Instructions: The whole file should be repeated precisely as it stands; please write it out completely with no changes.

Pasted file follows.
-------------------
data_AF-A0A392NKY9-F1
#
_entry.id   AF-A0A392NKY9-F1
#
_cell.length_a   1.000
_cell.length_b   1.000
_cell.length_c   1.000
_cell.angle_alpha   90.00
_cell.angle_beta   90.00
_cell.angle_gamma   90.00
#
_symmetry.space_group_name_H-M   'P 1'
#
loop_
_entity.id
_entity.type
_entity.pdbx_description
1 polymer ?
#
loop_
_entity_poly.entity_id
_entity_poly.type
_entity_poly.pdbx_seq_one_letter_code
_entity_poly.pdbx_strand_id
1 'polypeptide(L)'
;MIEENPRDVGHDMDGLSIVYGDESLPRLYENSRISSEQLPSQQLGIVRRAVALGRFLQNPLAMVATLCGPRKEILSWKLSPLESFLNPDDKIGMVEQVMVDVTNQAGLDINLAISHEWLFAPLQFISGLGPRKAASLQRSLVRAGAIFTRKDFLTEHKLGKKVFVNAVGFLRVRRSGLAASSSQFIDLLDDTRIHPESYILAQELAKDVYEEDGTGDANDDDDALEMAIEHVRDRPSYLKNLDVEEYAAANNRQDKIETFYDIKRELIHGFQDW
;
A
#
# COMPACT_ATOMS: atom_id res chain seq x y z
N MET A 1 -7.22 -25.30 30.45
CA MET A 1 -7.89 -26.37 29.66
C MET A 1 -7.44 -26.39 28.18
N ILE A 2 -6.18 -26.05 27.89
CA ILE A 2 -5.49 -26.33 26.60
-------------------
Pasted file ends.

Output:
data_AF-A0A392NKY9-F1
#
_entry.id   AF-A0A392NKY9-F1
#
_cell.length_a   1.000
_cell.length_b   1.000
_cell.length_c   1.000
_cell.angle_alpha   90.00
_cell.angle_beta   90.00
_cell.angle_gamma   90.00
#
_symmetry.space_group_name_H-M   'P 1'
#
loop_
_entity.id
_entity.type
_entity.pdbx_description
1 polymer ?
#
loop_
_entity_poly.entity_id
_entity_poly.type
_entity_poly.pdbx_seq_one_letter_code
_entity_poly.pdbx_strand_id
1 'polypeptide(L)'
;MIEENPRDVGHDMDGLSIVYGDESLPRLYENSRISSEQLPSQQLGIVRRAVALGRFLQNPLAMVATLCGPRKEILSWKLSPLESFLNPDDKIGMVEQVMVDVTNQAGLDINLAISHEWLFAPLQFISGLGPRKAASLQRSLVRAGAIFTRKDFLTEHKLGKKVFVNAVGFLRVRRSGLAASSSQFIDLLDDTRIHPESYILAQELAKDVYEEDGTGDANDDDDALEMAIEHVRDRPSYLKNLDVEEYAAANNRQDKIETFYDIKRELIHGFQDW
;
A
#
# COMPACT_ATOMS: atom_id res chain seq x y z
N MET A 1 -7.22 -25.30 30.45
CA MET A 1 -7.89 -26.37 29.66
C MET A 1 -7.44 -26.39 28.18
N ILE A 2 -6.18 -26.05 27.89
CA ILE A 2 -5.49 -26.33 26.60